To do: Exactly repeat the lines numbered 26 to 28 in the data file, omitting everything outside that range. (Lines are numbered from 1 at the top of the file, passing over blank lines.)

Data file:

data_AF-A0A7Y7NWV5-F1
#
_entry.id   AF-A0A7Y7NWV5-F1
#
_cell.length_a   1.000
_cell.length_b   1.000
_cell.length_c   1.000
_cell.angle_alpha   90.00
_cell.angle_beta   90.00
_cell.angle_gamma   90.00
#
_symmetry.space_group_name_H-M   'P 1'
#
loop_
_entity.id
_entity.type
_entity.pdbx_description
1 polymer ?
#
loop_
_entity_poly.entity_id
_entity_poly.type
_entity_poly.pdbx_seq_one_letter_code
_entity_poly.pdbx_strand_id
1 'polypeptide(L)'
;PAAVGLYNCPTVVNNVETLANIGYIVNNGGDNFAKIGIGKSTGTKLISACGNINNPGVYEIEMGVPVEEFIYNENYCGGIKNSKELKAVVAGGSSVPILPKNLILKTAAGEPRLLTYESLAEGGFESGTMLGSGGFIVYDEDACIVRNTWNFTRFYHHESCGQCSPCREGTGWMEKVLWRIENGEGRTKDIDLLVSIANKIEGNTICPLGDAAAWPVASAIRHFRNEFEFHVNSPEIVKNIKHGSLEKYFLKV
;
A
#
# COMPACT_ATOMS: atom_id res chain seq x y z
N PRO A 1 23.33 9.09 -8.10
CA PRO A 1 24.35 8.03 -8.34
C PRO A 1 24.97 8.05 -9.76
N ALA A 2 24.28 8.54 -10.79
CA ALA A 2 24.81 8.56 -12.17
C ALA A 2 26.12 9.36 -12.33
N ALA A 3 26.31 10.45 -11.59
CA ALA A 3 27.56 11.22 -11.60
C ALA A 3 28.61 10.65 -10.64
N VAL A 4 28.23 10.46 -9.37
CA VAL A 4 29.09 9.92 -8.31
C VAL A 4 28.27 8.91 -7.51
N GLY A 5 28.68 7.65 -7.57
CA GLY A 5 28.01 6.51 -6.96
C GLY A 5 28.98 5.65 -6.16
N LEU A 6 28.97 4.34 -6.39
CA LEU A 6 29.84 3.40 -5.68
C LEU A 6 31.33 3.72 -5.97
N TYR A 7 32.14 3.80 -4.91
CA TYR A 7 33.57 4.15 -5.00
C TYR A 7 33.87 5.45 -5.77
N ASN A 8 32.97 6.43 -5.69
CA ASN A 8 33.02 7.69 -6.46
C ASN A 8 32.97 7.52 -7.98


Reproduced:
;PAAVGLYNCPTVVNNVETLANIGYIVNNGGDNFAKIGIGKSTGTKLISACGNINNPGVYEIEMGVPVEEFIYNENYCGGIKNSKELKAVVAGGSSVPILPKNLILKTAAGEPRLLTYESLAEGGFESGTMLGSGGFIVYDEDACIVRNTWNFTRFYHHESCGQCSPCREGTGWMEKVLWRIENGEGRTKDIDLLVSIANKIEGNTICPLGDAAAWPVASAIRHFRNEFEFHVNSPEIVKNIKHGSLEKYFLKV
;
A